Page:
Walmart said it is trying to trim the more than $100 million in fees it pays annually for accepting credit cards.
   Visa stepped up the feud with newspaper ads accusing Walmart of using consumers as pawns.
   “Walmart is unfairly dragging millions of Canadian consumers into the middle of a business disagreement that can and should be resolved between our companies,” it said.
   Visa said it offered Walmart one of the lowest rates of any merchant in Canada but that hasn’t been enough.
   Fees charged to businesses – generally between 1.5 percent and 4 percent – have long been an issue and the Retail Council of Canada is calling on the federal government to legislate lower rates.
   Walmart has its own branded MasterCard but has not said whether this might be part of the issue.

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Sunday, June 12, 2016

House price acceleration a concern in Toronto, Vancouver



   Canada column for Sunday, June 12/16

   THE CANADIAN REPORT
   (c) By Jim Fox

   Soaring double-digit house price increases in Vancouver and Toronto are putting many buyers out of the market and are being called “unsustainable.”
   Bank of Canada Governor Stephen Poloz expressed concern for the economy as the average price for single-family houses in the two cities is more than $1 million.
   Fueled by foreign buyers seeking safe havens for their wealth, the climbing real estate prices have outpaced local economic fundamentals such as job creation, immigration and income growth, the central bank governor warned.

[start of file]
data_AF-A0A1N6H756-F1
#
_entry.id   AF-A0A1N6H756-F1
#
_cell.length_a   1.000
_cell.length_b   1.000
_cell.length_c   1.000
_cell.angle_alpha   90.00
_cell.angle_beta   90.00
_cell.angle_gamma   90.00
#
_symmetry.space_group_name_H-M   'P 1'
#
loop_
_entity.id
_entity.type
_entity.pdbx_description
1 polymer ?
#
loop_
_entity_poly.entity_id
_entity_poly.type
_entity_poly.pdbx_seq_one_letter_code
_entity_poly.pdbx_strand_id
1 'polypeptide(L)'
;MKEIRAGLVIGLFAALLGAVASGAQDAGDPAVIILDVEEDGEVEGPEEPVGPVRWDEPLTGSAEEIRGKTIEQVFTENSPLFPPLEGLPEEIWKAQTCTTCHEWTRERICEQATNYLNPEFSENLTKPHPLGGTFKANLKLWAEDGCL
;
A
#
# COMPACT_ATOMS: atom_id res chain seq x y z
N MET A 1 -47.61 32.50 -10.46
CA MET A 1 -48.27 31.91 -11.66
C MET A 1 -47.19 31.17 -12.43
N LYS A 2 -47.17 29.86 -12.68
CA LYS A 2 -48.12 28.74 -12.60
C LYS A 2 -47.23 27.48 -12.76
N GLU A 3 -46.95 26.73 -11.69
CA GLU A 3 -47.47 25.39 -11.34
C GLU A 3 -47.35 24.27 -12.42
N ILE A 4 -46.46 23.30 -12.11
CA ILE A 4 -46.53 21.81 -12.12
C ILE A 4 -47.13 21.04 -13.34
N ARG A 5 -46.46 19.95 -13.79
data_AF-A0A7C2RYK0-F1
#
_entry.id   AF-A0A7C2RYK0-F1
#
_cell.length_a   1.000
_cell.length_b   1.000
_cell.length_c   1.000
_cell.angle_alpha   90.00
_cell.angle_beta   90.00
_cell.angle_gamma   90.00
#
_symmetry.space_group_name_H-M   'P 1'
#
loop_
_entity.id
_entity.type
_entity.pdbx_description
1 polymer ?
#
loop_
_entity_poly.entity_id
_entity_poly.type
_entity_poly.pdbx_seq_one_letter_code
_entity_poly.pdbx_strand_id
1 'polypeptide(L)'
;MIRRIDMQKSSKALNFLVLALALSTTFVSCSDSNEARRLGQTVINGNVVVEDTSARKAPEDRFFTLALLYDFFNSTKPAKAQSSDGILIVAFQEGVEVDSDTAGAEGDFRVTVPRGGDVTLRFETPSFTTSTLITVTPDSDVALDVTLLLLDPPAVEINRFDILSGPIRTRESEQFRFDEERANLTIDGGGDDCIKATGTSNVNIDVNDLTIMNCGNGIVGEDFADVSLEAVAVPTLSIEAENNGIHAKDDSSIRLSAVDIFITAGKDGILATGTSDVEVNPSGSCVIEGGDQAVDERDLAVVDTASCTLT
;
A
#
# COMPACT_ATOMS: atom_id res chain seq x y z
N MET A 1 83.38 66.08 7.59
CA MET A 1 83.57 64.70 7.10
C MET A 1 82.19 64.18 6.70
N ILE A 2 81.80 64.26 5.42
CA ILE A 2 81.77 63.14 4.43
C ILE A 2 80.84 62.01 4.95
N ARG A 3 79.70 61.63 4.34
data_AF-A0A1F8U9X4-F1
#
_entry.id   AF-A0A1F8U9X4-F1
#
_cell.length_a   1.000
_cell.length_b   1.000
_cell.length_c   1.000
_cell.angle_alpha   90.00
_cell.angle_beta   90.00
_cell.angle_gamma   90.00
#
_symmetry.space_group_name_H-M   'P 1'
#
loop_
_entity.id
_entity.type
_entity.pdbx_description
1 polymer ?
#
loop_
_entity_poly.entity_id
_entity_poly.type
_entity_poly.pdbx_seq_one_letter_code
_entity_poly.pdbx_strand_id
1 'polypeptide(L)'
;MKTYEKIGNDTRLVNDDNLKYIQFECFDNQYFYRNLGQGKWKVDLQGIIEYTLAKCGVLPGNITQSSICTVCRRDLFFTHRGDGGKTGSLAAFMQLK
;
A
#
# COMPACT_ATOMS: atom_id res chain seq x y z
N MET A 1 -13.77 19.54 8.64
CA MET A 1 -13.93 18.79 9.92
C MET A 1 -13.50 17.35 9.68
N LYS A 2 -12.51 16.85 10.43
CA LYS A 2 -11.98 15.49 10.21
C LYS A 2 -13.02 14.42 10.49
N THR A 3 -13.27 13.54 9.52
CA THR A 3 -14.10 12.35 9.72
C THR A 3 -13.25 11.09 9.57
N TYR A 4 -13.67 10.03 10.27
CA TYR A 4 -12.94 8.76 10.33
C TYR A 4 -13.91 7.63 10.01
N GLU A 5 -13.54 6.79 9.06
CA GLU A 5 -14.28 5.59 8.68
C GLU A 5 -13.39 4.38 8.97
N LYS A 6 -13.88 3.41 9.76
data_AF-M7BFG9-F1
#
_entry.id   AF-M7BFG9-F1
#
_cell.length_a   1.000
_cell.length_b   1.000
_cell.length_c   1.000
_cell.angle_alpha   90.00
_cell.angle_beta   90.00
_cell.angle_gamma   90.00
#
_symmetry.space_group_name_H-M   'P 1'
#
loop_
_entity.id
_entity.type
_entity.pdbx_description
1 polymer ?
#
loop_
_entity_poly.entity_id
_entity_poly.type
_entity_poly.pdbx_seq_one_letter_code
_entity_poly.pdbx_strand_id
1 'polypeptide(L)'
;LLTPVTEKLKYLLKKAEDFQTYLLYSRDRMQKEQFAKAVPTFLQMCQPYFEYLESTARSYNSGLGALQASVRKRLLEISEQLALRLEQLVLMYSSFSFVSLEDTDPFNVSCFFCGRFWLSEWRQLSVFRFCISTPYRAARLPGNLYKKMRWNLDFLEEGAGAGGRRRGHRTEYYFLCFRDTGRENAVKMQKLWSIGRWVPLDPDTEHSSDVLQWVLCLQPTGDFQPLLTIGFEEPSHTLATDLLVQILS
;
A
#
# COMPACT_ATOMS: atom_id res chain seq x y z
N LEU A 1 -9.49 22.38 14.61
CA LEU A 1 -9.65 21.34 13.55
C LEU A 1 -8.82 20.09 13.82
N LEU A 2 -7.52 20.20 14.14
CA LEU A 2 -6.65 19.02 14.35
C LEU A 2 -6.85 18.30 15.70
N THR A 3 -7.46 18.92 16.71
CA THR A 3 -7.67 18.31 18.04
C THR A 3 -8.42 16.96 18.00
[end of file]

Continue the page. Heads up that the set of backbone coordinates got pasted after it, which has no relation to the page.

There is growing evidence prices are reacting to “self-reinforcing” expectations among prospective buyers and lenders that property values will keep rising, Poloz said.
   In reality, there is the “possibility” that prices could decline in these circumstances, he said while releasing an assessment on the state of Canada’s financial stability.
   Evidence “continues to accumulate” of a coming market correction but the possibility of it triggering a severe recession remains low, Poloz said.
   Year-over-year house prices have risen 30 percent in the greater Vancouver area while Toronto prices are up 15 percent in the past six months as household debit is increasing, the bank said.

Monday, June 6, 2016

Alberta wildfire evacuees start to retun to their homes



   Canada column for Sunday, June 5/16

   THE CANADIAN REPORT